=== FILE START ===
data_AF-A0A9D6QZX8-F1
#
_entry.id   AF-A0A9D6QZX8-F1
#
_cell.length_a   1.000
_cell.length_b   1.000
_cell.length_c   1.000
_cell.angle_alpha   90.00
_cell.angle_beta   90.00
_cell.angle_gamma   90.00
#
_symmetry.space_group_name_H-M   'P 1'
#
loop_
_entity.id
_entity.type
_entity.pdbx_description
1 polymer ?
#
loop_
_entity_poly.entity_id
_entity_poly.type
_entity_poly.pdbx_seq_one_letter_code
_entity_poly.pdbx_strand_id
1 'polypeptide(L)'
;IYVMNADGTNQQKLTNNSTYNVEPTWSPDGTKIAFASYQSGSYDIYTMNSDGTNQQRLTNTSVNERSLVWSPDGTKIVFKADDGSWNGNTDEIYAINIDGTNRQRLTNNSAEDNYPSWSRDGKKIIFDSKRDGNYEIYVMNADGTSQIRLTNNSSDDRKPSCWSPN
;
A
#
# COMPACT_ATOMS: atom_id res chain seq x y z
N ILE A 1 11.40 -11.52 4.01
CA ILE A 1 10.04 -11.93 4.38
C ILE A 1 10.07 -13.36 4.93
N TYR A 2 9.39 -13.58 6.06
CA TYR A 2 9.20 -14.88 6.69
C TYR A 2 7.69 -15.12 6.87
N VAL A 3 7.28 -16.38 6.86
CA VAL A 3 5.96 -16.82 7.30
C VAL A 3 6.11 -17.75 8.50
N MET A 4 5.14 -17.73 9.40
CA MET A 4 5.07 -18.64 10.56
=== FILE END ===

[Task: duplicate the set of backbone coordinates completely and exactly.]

data_AF-A0A9D6QZX8-F1
#
_entry.id   AF-A0A9D6QZX8-F1
#
_cell.length_a   1.000
_cell.length_b   1.000
_cell.length_c   1.000
_cell.angle_alpha   90.00
_cell.angle_beta   90.00
_cell.angle_gamma   90.00
#
_symmetry.space_group_name_H-M   'P 1'
#
loop_
_entity.id
_entity.type
_entity.pdbx_description
1 polymer ?
#
loop_
_entity_poly.entity_id
_entity_poly.type
_entity_poly.pdbx_seq_one_letter_code
_entity_poly.pdbx_strand_id
1 'polypeptide(L)'
;IYVMNADGTNQQKLTNNSTYNVEPTWSPDGTKIAFASYQSGSYDIYTMNSDGTNQQRLTNTSVNERSLVWSPDGTKIVFKADDGSWNGNTDEIYAINIDGTNRQRLTNNSAEDNYPSWSRDGKKIIFDSKRDGNYEIYVMNADGTSQIRLTNNSSDDRKPSCWSPN
;
A
#
# COMPACT_ATOMS: atom_id res chain seq x y z
N ILE A 1 11.40 -11.52 4.01
CA ILE A 1 10.04 -11.93 4.38
C ILE A 1 10.07 -13.36 4.93
N TYR A 2 9.39 -13.58 6.06
CA TYR A 2 9.20 -14.88 6.69
C TYR A 2 7.69 -15.12 6.87
N VAL A 3 7.28 -16.38 6.86
CA VAL A 3 5.96 -16.82 7.30
C VAL A 3 6.11 -17.75 8.50
N MET A 4 5.14 -17.73 9.40
CA MET A 4 5.07 -18.64 10.56